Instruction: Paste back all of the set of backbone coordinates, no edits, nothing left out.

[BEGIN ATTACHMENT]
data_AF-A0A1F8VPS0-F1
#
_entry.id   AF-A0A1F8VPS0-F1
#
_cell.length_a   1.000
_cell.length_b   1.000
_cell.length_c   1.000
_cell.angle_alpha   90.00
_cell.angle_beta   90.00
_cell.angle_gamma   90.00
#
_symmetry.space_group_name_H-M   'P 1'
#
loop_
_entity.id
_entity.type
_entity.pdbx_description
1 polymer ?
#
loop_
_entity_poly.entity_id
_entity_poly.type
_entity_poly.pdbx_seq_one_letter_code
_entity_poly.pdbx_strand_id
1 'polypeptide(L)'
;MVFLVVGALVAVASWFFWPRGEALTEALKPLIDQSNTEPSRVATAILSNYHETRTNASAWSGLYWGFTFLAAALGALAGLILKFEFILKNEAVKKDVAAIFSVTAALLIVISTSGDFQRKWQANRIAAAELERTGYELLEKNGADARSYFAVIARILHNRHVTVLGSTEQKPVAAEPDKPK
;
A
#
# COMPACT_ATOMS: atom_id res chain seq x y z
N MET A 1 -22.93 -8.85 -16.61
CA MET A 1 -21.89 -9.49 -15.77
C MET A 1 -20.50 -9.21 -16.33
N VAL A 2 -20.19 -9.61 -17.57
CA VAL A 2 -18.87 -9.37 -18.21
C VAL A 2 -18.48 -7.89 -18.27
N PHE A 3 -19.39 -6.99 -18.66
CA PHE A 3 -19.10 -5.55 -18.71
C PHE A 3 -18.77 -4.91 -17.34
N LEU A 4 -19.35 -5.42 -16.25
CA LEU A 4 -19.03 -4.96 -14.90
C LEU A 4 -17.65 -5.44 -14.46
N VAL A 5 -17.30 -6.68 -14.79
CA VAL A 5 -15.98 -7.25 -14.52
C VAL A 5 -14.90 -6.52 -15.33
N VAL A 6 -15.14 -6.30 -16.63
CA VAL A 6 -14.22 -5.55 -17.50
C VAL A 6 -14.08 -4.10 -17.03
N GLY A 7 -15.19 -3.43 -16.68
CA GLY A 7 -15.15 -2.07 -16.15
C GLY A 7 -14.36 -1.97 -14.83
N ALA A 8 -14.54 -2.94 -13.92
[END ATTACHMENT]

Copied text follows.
data_AF-A0A1F8VPS0-F1
#
_entry.id   AF-A0A1F8VPS0-F1
#
_cell.length_a   1.000
_cell.length_b   1.000
_cell.length_c   1.000
_cell.angle_alpha   90.00
_cell.angle_beta   90.00
_cell.angle_gamma   90.00
#
_symmetry.space_group_name_H-M   'P 1'
#
loop_
_entity.id
_entity.type
_entity.pdbx_description
1 polymer ?
#
loop_
_entity_poly.entity_id
_entity_poly.type
_entity_poly.pdbx_seq_one_letter_code
_entity_poly.pdbx_strand_id
1 'polypeptide(L)'
;MVFLVVGALVAVASWFFWPRGEALTEALKPLIDQSNTEPSRVATAILSNYHETRTNASAWSGLYWGFTFLAAALGALAGLILKFEFILKNEAVKKDVAAIFSVTAALLIVISTSGDFQRKWQANRIAAAELERTGYELLEKNGADARSYFAVIARILHNRHVTVLGSTEQKPVAAEPDKPK
;
A
#
# COMPACT_ATOMS: atom_id res chain seq x y z
N MET A 1 -22.93 -8.85 -16.61
CA MET A 1 -21.89 -9.49 -15.77
C MET A 1 -20.50 -9.21 -16.33
N VAL A 2 -20.19 -9.61 -17.57
CA VAL A 2 -18.87 -9.37 -18.21
C VAL A 2 -18.48 -7.89 -18.27
N PHE A 3 -19.39 -6.99 -18.66
CA PHE A 3 -19.10 -5.55 -18.71
C PHE A 3 -18.77 -4.91 -17.34
N LEU A 4 -19.35 -5.42 -16.25
CA LEU A 4 -19.03 -4.96 -14.90
C LEU A 4 -17.65 -5.44 -14.46
N VAL A 5 -17.30 -6.68 -14.79
CA VAL A 5 -15.98 -7.25 -14.52
C VAL A 5 -14.90 -6.52 -15.33
N VAL A 6 -15.14 -6.30 -16.63
CA VAL A 6 -14.22 -5.55 -17.50
C VAL A 6 -14.08 -4.10 -17.03
N GLY A 7 -15.19 -3.43 -16.68
CA GLY A 7 -15.15 -2.07 -16.15
C GLY A 7 -14.36 -1.97 -14.83
N ALA A 8 -14.54 -2.94 -13.92